UNITED NATIONS (Reuters) - Wars are less deadly than they once were and national mortality rates have continued to decline even during conflicts due to smaller scale fighting and better healthcare, a report said on Wednesday.
The report by a Canada-based project sponsored by four European governments also dismissed a widely-cited figure of 5.4 million people killed in wars in the Democratic Republic of Congo as “far too high.” It offered no exact alternative figure but suggested the true toll could be less than half that.
“We believe that the costs of war, the deadliness of wars, the number of people getting killed per conflict per year, has gone down pretty dramatically,” project director Andrew Mack told a news conference at the United Nations.
Since 2000, the average conflict has killed 90 percent fewer people each year than in the 1950s, said the Human Security Report Project at Vancouver’s Simon Fraser University.
In 2007, the average conflict killed fewer than 1,000 people as a direct result of violence, and there had been a 70 percent decline in the number of high-intensity conflicts since the end of the Cold War 20 years ago, it said.
Wars fought with huge armies, heavy weapons and major-power involvement have largely given way to low-level insurgencies fought mostly by small, lightly armed rebel groups, said the report, entitled “The Shrinking Costs of War.”
The report noted that most deaths in wars result from hunger and disease but said improved healthcare in peacetime had cut death tolls even during wartime, as had stepped up aid to people in war zones.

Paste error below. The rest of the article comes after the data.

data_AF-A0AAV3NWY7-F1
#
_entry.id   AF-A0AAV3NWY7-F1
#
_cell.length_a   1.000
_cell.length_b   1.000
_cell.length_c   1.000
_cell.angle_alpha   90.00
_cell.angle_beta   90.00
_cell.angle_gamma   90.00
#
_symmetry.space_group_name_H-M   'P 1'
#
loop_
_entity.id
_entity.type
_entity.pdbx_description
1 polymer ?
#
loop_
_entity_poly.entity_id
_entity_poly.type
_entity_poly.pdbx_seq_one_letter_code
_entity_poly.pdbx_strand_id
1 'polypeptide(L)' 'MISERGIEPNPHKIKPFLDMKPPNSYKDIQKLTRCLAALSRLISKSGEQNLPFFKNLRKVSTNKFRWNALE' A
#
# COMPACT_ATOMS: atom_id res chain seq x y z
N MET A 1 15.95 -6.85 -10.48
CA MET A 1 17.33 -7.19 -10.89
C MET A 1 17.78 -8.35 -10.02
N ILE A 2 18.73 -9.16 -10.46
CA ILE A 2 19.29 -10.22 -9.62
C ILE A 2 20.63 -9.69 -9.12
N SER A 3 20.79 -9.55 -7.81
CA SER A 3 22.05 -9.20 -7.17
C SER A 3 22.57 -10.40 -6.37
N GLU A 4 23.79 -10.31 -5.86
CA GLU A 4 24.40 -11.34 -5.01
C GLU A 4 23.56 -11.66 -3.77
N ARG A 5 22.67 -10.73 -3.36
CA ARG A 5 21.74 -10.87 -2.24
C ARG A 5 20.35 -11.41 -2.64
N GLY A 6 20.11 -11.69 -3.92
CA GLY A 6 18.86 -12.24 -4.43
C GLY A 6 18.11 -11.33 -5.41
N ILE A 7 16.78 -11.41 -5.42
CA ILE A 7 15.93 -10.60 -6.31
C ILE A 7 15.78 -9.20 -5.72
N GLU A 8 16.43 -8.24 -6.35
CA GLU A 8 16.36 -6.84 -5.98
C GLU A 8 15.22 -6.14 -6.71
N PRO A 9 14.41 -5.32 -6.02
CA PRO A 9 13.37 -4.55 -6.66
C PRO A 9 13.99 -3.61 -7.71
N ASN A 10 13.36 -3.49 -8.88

LOWER MORTALITY RATE
Researchers found that in 14 out of 18 sub-Saharan African countries that experienced medium to high intensity conflict between 1970 and 2007, the under-five mortality rate was lower at the end of the conflict than at the beginning.
In Congo, measles immunization coverage stood at 20 percent in 1998, the year the war there started, but by 2007 was at almost 80 percent, the report said.
“No one ... is suggesting that war causes mortality rates to decline,” it said. “The reality is simply that today’s armed conflicts rarely generate enough fatalities to reverse the long-term downward trend in peacetime mortality that has become the norm for most of the developing world.”
Mack acknowledged that Rwanda, where extremist Hutus killed some 800,000 Tutsis and moderate Hutus in 1994, was an exception.
Asked about the goal of the survey, Mack said it was to emphasize the value of peacetime health campaigns and encourage the United Nations to compile an “evidence base” to judge what impact its peacekeeping operations were having.
The report was funded by Britain, Norway, Sweden and Switzerland. British deputy ambassador Philip Parham told the news conference it would make a “very valuable input into analysis and policy-making,” but did not elaborate.
The report charged that the 5.4 million Congo death toll figure calculated by the International Rescue Committee (IRC) was based on flawed methodology, though it praised the IRC’s efforts.
It said the baseline pre-war child mortality rate used by the IRC was too low, leading the group to overestimate how many “excess deaths” had been caused by the conflict. The sample areas examined by the IRC were also unrepresentative, it said.
The report said that for the period 2001-2007, an estimate of 900,000 deaths would be more accurate than the IRC’s 2.8 million. It offered no statistic for the earlier period of 1998-2001, but again suggested IRC figures were too high.
Editing by Vicki Allen
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